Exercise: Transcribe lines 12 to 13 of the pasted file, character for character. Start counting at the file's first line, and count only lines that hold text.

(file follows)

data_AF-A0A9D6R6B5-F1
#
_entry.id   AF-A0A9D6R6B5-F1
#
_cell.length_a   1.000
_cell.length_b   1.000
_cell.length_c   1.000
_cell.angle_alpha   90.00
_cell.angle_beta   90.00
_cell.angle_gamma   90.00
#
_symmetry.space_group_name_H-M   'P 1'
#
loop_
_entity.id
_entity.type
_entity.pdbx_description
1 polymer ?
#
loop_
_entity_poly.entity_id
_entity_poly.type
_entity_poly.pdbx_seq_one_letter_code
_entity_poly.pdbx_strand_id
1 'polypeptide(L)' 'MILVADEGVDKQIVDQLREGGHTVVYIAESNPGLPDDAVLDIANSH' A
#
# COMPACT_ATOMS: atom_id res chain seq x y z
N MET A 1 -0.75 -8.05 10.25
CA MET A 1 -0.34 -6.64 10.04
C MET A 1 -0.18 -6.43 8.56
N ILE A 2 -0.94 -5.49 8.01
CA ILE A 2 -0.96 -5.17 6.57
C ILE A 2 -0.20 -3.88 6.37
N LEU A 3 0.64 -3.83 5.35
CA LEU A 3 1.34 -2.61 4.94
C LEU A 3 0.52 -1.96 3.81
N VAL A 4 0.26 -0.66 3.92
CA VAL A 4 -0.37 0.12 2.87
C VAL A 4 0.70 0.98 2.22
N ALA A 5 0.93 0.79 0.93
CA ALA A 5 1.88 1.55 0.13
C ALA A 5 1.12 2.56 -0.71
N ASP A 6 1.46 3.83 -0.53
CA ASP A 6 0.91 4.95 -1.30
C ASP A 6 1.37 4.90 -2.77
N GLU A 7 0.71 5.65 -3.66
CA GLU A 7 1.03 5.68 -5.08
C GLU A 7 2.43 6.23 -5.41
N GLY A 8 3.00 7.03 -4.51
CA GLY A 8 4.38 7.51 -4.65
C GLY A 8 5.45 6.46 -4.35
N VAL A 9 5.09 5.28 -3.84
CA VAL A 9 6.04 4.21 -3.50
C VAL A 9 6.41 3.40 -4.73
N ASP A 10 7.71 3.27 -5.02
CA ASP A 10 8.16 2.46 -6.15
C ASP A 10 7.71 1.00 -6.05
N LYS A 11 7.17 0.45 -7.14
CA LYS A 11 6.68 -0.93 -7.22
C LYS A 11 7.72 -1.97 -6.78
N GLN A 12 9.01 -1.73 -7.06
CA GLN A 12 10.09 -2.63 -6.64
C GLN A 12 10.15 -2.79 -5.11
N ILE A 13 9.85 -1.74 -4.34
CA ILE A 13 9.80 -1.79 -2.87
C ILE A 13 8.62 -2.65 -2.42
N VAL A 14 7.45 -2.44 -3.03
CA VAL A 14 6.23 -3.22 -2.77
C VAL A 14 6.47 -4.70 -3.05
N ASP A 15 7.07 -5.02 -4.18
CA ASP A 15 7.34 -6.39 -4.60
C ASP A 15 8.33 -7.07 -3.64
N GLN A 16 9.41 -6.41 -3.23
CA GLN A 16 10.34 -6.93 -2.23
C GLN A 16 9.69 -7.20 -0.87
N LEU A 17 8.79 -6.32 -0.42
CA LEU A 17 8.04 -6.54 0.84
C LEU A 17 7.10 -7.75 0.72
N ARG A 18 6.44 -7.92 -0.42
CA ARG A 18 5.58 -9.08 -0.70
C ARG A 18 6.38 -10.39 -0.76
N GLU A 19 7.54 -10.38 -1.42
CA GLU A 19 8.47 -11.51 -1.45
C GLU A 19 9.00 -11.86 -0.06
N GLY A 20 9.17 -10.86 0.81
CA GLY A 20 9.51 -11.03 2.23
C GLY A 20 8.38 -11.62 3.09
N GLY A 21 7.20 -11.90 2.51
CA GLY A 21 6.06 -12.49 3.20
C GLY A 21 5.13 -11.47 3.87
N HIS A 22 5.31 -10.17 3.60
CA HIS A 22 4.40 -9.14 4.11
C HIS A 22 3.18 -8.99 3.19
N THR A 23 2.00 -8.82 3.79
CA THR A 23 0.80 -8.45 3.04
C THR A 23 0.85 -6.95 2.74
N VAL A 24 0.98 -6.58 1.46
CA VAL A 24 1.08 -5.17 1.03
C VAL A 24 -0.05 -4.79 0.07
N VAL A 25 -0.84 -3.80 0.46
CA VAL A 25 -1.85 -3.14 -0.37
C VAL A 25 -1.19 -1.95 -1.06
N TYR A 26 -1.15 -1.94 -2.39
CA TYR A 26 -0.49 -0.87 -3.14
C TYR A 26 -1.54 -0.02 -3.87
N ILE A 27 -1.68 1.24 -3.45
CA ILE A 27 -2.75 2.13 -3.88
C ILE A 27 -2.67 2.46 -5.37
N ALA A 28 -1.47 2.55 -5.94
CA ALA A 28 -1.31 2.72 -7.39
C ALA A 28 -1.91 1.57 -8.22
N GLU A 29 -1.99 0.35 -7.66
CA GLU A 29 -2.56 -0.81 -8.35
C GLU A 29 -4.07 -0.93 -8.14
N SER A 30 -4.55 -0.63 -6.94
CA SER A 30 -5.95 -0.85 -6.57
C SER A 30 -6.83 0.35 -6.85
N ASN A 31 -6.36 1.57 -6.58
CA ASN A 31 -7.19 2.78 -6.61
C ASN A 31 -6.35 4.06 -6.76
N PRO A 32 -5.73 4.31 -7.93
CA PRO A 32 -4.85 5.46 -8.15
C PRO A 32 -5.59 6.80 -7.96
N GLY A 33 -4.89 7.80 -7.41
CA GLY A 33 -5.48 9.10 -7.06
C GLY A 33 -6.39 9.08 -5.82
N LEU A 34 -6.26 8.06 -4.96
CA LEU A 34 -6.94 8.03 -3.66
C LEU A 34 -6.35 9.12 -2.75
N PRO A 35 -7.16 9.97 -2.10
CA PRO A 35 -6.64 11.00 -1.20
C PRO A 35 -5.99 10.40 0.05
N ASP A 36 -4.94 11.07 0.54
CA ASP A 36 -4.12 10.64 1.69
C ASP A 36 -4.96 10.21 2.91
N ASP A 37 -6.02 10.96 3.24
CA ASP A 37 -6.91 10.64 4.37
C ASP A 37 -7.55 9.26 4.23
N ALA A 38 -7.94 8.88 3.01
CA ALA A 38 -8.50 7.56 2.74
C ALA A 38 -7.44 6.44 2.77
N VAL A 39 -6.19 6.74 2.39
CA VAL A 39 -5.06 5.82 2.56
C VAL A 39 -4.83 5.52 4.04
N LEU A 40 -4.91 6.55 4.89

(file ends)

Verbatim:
_symmetry.space_group_name_H-M   'P 1'
#